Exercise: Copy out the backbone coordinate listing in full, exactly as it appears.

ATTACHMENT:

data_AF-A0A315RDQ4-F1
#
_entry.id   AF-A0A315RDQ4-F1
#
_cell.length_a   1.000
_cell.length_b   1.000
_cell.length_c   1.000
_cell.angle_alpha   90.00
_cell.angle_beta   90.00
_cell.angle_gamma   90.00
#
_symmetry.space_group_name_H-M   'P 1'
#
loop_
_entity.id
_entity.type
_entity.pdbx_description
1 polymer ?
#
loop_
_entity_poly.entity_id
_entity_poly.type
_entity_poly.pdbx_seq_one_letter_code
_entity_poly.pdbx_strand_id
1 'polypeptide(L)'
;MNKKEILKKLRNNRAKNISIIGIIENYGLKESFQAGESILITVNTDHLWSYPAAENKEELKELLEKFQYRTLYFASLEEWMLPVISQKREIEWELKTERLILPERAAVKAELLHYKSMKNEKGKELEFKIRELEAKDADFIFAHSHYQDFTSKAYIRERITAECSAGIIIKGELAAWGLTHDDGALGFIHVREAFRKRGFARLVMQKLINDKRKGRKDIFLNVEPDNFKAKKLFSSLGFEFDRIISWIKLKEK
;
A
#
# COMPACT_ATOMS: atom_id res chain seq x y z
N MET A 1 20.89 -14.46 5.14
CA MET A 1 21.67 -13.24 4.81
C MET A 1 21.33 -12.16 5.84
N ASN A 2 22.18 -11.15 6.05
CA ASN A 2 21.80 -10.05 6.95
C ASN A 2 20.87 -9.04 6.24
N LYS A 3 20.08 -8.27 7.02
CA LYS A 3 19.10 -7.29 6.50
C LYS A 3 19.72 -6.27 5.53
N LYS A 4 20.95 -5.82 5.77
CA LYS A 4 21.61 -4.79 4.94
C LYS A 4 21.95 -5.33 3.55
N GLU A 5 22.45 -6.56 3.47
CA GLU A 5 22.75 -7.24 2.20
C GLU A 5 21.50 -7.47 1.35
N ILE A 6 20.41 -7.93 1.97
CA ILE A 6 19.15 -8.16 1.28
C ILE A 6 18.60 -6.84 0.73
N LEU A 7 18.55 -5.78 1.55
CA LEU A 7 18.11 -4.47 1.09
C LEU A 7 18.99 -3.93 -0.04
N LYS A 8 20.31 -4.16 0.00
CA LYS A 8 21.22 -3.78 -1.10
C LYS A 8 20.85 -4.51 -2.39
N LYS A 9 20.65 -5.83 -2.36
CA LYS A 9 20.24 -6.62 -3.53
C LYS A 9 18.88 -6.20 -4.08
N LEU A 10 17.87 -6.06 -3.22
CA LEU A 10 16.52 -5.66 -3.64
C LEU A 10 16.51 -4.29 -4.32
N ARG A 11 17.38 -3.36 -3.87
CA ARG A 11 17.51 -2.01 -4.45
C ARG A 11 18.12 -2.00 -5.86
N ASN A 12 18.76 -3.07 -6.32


data_AF-A0A315RDQ4-F1
#
_entry.id   AF-A0A315RDQ4-F1
#
_cell.length_a   1.000
_cell.length_b   1.000
_cell.length_c   1.000
_cell.angle_alpha   90.00
_cell.angle_beta   90.00
_cell.angle_gamma   90.00
#
_symmetry.space_group_name_H-M   'P 1'
#
loop_
_entity.id
_entity.type
_entity.pdbx_description
1 polymer ?
#
loop_
_entity_poly.entity_id
_entity_poly.type
_entity_poly.pdbx_seq_one_letter_code
_entity_poly.pdbx_strand_id
1 'polypeptide(L)'
;MNKKEILKKLRNNRAKNISIIGIIENYGLKESFQAGESILITVNTDHLWSYPAAENKEELKELLEKFQYRTLYFASLEEWMLPVISQKREIEWELKTERLILPERAAVKAELLHYKSMKNEKGKELEFKIRELEAKDADFIFAHSHYQDFTSKAYIRERITAECSAGIIIKGELAAWGLTHDDGALGFIHVREAFRKRGFARLVMQKLINDKRKGRKDIFLNVEPDNFKAKKLFSSLGFEFDRIISWIKLKEK
;
A
#
# COMPACT_ATOMS: atom_id res chain seq x y z
N MET A 1 20.89 -14.46 5.14
CA MET A 1 21.67 -13.24 4.81
C MET A 1 21.33 -12.16 5.84
N ASN A 2 22.18 -11.15 6.05
CA ASN A 2 21.80 -10.05 6.95
C ASN A 2 20.87 -9.04 6.24
N LYS A 3 20.08 -8.27 7.02
CA LYS A 3 19.10 -7.29 6.50
C LYS A 3 19.72 -6.27 5.53
N LYS A 4 20.95 -5.82 5.77
CA LYS A 4 21.61 -4.79 4.94
C LYS A 4 21.95 -5.33 3.55
N GLU A 5 22.45 -6.56 3.47
CA GLU A 5 22.75 -7.24 2.20
C GLU A 5 21.50 -7.47 1.35
N ILE A 6 20.41 -7.93 1.97
CA ILE A 6 19.15 -8.16 1.28
C ILE A 6 18.60 -6.84 0.73
N LEU A 7 18.55 -5.78 1.55
CA LEU A 7 18.11 -4.47 1.09
C LEU A 7 18.99 -3.93 -0.04
N LYS A 8 20.31 -4.16 0.00
CA LYS A 8 21.22 -3.78 -1.10
C LYS A 8 20.85 -4.51 -2.39
N LYS A 9 20.65 -5.83 -2.36
CA LYS A 9 20.24 -6.62 -3.53
C LYS A 9 18.88 -6.20 -4.08
N LEU A 10 17.87 -6.06 -3.22
CA LEU A 10 16.52 -5.66 -3.64
C LEU A 10 16.51 -4.29 -4.32
N ARG A 11 17.38 -3.36 -3.87
CA ARG A 11 17.51 -2.01 -4.45
C ARG A 11 18.12 -2.00 -5.86
N ASN A 12 18.76 -3.07 -6.32